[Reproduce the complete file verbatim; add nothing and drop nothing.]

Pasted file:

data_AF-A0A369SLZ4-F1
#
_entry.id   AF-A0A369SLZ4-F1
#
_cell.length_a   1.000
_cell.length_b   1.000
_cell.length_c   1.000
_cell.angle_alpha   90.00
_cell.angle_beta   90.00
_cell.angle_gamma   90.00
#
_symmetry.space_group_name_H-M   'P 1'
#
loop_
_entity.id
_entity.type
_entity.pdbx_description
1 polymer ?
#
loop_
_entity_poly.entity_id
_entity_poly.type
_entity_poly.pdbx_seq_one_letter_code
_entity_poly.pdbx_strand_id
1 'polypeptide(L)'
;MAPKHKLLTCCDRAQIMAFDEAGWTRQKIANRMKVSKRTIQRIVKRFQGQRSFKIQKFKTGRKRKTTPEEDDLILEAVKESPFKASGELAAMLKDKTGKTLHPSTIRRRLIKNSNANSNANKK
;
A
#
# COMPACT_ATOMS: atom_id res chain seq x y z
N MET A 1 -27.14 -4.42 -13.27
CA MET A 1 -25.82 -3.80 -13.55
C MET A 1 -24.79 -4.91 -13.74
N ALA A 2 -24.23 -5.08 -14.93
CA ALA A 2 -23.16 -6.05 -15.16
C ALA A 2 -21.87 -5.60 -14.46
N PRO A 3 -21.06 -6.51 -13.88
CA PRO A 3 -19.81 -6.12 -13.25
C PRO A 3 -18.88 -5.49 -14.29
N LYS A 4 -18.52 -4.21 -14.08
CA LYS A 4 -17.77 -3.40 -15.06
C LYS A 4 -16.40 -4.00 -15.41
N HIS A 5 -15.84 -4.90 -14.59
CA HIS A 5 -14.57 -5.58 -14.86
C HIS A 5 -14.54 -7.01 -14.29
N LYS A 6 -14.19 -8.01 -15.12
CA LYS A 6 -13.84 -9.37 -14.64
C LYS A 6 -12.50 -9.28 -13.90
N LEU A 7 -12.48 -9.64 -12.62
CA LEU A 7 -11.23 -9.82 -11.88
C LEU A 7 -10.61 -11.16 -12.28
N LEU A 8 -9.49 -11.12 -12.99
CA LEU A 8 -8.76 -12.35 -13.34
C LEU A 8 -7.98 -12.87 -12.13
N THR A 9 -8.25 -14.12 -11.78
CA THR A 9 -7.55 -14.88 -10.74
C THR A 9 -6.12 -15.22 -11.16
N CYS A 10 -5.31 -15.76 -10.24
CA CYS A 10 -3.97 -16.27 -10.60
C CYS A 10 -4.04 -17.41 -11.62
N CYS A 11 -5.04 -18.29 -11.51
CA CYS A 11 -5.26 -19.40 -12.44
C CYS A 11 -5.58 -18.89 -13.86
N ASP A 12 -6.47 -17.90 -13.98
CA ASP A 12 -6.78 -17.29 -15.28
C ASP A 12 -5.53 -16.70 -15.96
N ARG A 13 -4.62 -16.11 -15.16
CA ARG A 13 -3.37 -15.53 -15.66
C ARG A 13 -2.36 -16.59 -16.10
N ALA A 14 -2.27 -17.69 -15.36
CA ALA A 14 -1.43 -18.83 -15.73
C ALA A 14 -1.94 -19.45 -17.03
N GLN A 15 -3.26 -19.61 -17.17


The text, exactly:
data_AF-A0A369SLZ4-F1
#
_entry.id   AF-A0A369SLZ4-F1
#
_cell.length_a   1.000
_cell.length_b   1.000
_cell.length_c   1.000
_cell.angle_alpha   90.00
_cell.angle_beta   90.00
_cell.angle_gamma   90.00
#
_symmetry.space_group_name_H-M   'P 1'
#
loop_
_entity.id
_entity.type
_entity.pdbx_description
1 polymer ?
#
loop_
_entity_poly.entity_id
_entity_poly.type
_entity_poly.pdbx_seq_one_letter_code
_entity_poly.pdbx_strand_id
1 'polypeptide(L)'
;MAPKHKLLTCCDRAQIMAFDEAGWTRQKIANRMKVSKRTIQRIVKRFQGQRSFKIQKFKTGRKRKTTPEEDDLILEAVKESPFKASGELAAMLKDKTGKTLHPSTIRRRLIKNSNANSNANKK
;
A
#
# COMPACT_ATOMS: atom_id res chain seq x y z
N MET A 1 -27.14 -4.42 -13.27
CA MET A 1 -25.82 -3.80 -13.55
C MET A 1 -24.79 -4.91 -13.74
N ALA A 2 -24.23 -5.08 -14.93
CA ALA A 2 -23.16 -6.05 -15.16
C ALA A 2 -21.87 -5.60 -14.46
N PRO A 3 -21.06 -6.51 -13.88
CA PRO A 3 -19.81 -6.12 -13.25
C PRO A 3 -18.88 -5.49 -14.29
N LYS A 4 -18.52 -4.21 -14.08
CA LYS A 4 -17.77 -3.40 -15.06
C LYS A 4 -16.40 -4.00 -15.41
N HIS A 5 -15.84 -4.90 -14.59
CA HIS A 5 -14.57 -5.58 -14.86
C HIS A 5 -14.54 -7.01 -14.29
N LYS A 6 -14.19 -8.01 -15.12
CA LYS A 6 -13.84 -9.37 -14.64
C LYS A 6 -12.50 -9.28 -13.90
N LEU A 7 -12.48 -9.64 -12.62
CA LEU A 7 -11.23 -9.82 -11.88
C LEU A 7 -10.61 -11.16 -12.28
N LEU A 8 -9.49 -11.12 -12.99
CA LEU A 8 -8.76 -12.35 -13.34
C LEU A 8 -7.98 -12.87 -12.13
N THR A 9 -8.25 -14.12 -11.78
CA THR A 9 -7.55 -14.88 -10.74
C THR A 9 -6.12 -15.22 -11.16
N CYS A 10 -5.31 -15.76 -10.24
CA CYS A 10 -3.97 -16.27 -10.60
C CYS A 10 -4.04 -17.41 -11.62
N CYS A 11 -5.04 -18.29 -11.51
CA CYS A 11 -5.26 -19.40 -12.44
C CYS A 11 -5.58 -18.89 -13.86
N ASP A 12 -6.47 -17.90 -13.98
CA ASP A 12 -6.78 -17.29 -15.28
C ASP A 12 -5.53 -16.70 -15.96
N ARG A 13 -4.62 -16.11 -15.16
CA ARG A 13 -3.37 -15.53 -15.66
C ARG A 13 -2.36 -16.59 -16.10
N ALA A 14 -2.27 -17.69 -15.36
CA ALA A 14 -1.43 -18.83 -15.73
C ALA A 14 -1.94 -19.45 -17.03
N GLN A 15 -3.26 -19.61 -17.17